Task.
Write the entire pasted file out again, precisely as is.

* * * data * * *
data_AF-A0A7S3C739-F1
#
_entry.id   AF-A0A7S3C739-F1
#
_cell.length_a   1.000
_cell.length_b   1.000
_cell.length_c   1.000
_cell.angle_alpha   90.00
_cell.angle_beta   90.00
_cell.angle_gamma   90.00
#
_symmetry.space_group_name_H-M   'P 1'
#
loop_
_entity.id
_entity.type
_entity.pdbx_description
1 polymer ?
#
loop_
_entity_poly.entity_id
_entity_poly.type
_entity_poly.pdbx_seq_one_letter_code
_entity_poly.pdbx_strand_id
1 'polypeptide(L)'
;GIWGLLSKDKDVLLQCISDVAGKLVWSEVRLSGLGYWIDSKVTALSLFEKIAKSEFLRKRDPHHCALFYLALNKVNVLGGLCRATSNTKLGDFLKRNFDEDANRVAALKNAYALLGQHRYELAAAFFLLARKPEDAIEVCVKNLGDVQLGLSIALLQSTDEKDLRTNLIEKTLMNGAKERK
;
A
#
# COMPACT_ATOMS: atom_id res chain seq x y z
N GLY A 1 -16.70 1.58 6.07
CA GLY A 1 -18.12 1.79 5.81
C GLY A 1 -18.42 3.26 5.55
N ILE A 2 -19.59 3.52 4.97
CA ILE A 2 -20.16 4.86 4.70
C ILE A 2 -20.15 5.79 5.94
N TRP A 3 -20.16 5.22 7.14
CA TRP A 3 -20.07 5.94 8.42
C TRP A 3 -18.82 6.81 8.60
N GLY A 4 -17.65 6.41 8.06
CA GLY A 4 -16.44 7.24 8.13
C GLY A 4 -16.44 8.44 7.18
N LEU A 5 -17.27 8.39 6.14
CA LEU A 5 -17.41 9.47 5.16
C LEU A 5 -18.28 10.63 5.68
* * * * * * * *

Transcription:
data_AF-A0A7S3C739-F1
#
_entry.id   AF-A0A7S3C739-F1
#
_cell.length_a   1.000
_cell.length_b   1.000
_cell.length_c   1.000
_cell.angle_alpha   90.00
_cell.angle_beta   90.00
_cell.angle_gamma   90.00
#
_symmetry.space_group_name_H-M   'P 1'
#
loop_
_entity.id
_entity.type
_entity.pdbx_description
1 polymer ?
#
loop_
_entity_poly.entity_id
_entity_poly.type
_entity_poly.pdbx_seq_one_letter_code
_entity_poly.pdbx_strand_id
1 'polypeptide(L)'
;GIWGLLSKDKDVLLQCISDVAGKLVWSEVRLSGLGYWIDSKVTALSLFEKIAKSEFLRKRDPHHCALFYLALNKVNVLGGLCRATSNTKLGDFLKRNFDEDANRVAALKNAYALLGQHRYELAAAFFLLARKPEDAIEVCVKNLGDVQLGLSIALLQSTDEKDLRTNLIEKTLMNGAKERK
;
A
#
# COMPACT_ATOMS: atom_id res chain seq x y z
N GLY A 1 -16.70 1.58 6.07
CA GLY A 1 -18.12 1.79 5.81
C GLY A 1 -18.42 3.26 5.55
N ILE A 2 -19.59 3.52 4.97
CA ILE A 2 -20.16 4.86 4.70
C ILE A 2 -20.15 5.79 5.94
N TRP A 3 -20.16 5.22 7.14
CA TRP A 3 -20.07 5.94 8.42
C TRP A 3 -18.82 6.81 8.60
N GLY A 4 -17.65 6.41 8.06
CA GLY A 4 -16.44 7.24 8.13
C GLY A 4 -16.44 8.44 7.18
N LEU A 5 -17.27 8.39 6.14
CA LEU A 5 -17.41 9.47 5.16
C LEU A 5 -18.28 10.63 5.68